this guy has followed the league for quite some time and is old enuff to have watched it all....hes a bigtime lakers follower and its quite apparent he is knowledgeable enuff to know the difference between a sg and a pg....as is the case anytime u do a list like this, there will be varying opinions....and some will get their feelings hurt, feeling a player here or a player there has been slighted.....

oh well....these lists are fun and make for passionate discussion....and having him validate what i already knew didnt make that much difference to me personally....as ive said....anyone that knows much, knows that if jerry played in times where they designated pg and sg, that he would be a pg.....hes much more of a pg than say a stephon marbury, though u could draw some comparisons....jerry had the ball in his hands a majority of the time...he was the consummate floor general....and those that didnt get much of a chance to watch him play, the real injustice is they missed out on a great player......the fact they dont know hes a pg pales to that comparison...

Will Galen
07-12-2005, 03:59 AM
oh well....these lists are fun and make for passionate discussion....and having him validate what i already knew didnt make that much difference to me personally....


Validate? Interesting word choice. That made your point of view official huh? (grin)

Kstat
07-12-2005, 04:00 AM
Validate? Interesting word choice. That made your point of view official huh? (grin)

No kidding. What an arrogant attitude.

If Rosen ever agrees with anything I say, after this POS article, I'm going to take that as proof that I was wrong. People like that shouldn't even be allowed to speak the english language.

SoupIsGood
07-12-2005, 04:06 AM
If Rosen ever agrees with anything I say, after this POS article, I'm going to take that as proof that I was wrong.



:lol2:

kidthecat
07-12-2005, 10:45 AM
Glad he mentioned Ralph Beard.

My father as a boy actually had the pleasure of meeting him and said that, even as an aged man, he had the quickest defensive posture he'd ever seen.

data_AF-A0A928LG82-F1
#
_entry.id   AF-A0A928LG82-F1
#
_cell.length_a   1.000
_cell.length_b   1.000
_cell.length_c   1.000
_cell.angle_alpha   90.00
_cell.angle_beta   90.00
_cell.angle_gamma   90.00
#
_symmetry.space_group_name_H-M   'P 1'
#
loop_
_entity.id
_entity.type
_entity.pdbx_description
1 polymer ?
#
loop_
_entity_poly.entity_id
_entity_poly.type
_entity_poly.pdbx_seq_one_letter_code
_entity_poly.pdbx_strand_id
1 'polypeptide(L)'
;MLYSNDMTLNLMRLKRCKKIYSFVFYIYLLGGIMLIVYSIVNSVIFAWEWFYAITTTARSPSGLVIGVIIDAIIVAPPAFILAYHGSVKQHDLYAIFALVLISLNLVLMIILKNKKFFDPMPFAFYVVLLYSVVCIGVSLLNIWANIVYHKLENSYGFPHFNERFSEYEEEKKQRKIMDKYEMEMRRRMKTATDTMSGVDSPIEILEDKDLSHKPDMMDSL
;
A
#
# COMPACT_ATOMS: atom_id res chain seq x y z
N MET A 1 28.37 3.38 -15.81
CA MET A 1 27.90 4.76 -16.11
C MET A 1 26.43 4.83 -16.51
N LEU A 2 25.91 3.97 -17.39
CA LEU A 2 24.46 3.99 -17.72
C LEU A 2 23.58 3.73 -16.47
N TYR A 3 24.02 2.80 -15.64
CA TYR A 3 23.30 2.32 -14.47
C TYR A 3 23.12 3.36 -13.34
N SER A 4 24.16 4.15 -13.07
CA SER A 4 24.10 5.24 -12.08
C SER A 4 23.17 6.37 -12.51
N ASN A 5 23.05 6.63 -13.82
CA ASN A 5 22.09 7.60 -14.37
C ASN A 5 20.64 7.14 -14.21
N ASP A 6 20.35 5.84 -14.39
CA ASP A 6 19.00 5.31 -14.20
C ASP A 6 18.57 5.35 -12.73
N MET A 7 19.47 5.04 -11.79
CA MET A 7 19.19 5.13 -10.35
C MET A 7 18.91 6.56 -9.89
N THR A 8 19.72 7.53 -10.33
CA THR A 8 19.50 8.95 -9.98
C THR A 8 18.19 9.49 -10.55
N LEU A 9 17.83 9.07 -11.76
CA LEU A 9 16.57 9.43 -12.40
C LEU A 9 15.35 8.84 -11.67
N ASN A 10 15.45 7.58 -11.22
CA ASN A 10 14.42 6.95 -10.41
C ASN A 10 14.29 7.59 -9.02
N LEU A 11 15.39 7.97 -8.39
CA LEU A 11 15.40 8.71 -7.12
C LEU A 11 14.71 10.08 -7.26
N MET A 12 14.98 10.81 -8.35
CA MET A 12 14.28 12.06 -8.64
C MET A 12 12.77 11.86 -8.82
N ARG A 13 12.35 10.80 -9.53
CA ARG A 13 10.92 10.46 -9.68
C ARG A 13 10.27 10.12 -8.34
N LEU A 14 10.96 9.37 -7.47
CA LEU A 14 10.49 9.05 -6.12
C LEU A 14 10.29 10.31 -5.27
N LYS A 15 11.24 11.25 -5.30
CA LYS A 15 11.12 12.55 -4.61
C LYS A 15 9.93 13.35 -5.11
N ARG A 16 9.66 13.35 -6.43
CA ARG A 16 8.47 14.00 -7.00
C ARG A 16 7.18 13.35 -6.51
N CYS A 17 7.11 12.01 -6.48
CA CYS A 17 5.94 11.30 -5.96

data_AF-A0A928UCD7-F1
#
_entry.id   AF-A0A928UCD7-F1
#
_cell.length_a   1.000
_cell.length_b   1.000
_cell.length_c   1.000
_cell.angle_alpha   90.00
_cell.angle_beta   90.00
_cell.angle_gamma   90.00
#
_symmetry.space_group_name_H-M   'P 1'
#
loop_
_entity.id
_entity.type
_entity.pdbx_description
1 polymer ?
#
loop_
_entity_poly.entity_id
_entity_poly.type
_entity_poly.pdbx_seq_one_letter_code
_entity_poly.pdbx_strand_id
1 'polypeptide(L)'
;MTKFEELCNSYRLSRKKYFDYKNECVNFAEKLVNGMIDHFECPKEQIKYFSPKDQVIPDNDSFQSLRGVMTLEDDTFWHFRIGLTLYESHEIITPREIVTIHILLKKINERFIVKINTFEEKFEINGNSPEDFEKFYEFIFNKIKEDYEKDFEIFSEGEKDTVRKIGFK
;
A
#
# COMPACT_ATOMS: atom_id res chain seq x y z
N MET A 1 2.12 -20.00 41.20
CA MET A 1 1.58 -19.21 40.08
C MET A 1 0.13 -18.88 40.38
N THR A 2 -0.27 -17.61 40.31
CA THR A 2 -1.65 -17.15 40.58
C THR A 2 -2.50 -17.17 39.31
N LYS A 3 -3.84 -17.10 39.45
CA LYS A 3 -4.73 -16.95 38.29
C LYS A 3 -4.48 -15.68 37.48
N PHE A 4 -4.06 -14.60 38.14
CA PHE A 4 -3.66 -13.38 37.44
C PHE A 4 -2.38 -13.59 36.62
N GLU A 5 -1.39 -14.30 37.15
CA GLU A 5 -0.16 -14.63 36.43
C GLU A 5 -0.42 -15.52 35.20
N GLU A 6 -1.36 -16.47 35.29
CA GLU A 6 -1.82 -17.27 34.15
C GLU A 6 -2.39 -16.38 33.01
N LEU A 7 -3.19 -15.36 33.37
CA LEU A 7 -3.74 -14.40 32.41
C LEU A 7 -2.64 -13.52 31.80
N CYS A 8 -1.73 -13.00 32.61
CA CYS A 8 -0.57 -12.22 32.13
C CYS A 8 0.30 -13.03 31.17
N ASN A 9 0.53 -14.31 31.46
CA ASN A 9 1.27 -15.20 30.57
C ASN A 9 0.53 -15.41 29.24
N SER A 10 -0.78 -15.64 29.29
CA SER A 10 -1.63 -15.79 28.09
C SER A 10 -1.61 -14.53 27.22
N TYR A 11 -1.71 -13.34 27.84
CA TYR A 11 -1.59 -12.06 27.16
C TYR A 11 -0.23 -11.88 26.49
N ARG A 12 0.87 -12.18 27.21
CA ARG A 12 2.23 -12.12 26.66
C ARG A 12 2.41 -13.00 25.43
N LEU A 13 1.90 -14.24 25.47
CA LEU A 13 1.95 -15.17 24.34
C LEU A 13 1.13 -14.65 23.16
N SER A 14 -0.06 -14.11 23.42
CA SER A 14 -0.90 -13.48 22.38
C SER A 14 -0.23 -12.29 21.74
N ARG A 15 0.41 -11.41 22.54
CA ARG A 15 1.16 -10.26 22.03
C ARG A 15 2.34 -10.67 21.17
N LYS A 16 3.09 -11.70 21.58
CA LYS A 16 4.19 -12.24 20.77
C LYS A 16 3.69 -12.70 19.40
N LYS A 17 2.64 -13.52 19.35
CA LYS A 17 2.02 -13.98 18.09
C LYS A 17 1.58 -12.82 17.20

Unsure about DJ or JW, but everything else seems respectable. Where's IT?

And, yes, Karl Malone looked much better because of Stockton.

Kegboy
07-12-2005, 07:30 PM
Glad to see others are finally realizing that Rosen is a piece of ****. I just looked at the names, didn't read the analysis, so how many people did he passive-aggressively bad-mouth?

However, if he wants to call Jerry a point, that's fine by me. Just means Reggie moves one-rung up on the two-guard ladder. :-p

Sollozzo
07-12-2005, 07:38 PM
Stockton is grossly overrated in my book when he is ranked ahead of guys like Oscar, Magic, and Isiah. These guys were superior to Stockton. Oscar is one of the best all around players in the history of the game. These 3 could take over a game better than Stockton. If I'm building a franchise, I pick one of those guys any day over Stockton.

I really do believe that Stockton rode a niche during his 35 years in the NBA playing by the Mailman. Sorry, a bunch of assists to Karl Malone year after year don't impress me that much. He was the best PF in the game for a long, long time. You put Mark Jackson along side Karl Malone for a long time like that, and I guarantee you there isn't much difference.

Stockton gets ranked high because he played forever, IMO. Magic only played what, from 1979-1992? He won 5 championships. Sure he had great teammates, but Magic was the glue.

Give me Jason Kidd, Gary Payton, or Tim Hardaway in their primes anyday over Stockton. Gary Payton is one of the best defensive PG's ever, not to mention he could score and dish out dimes. Tim Hardaway was the last pg to ever average 20 pts and 10 dimes in a season. If you put one of those guys next to Malone for their entire career, you're looking at some of the best players in the history of the game.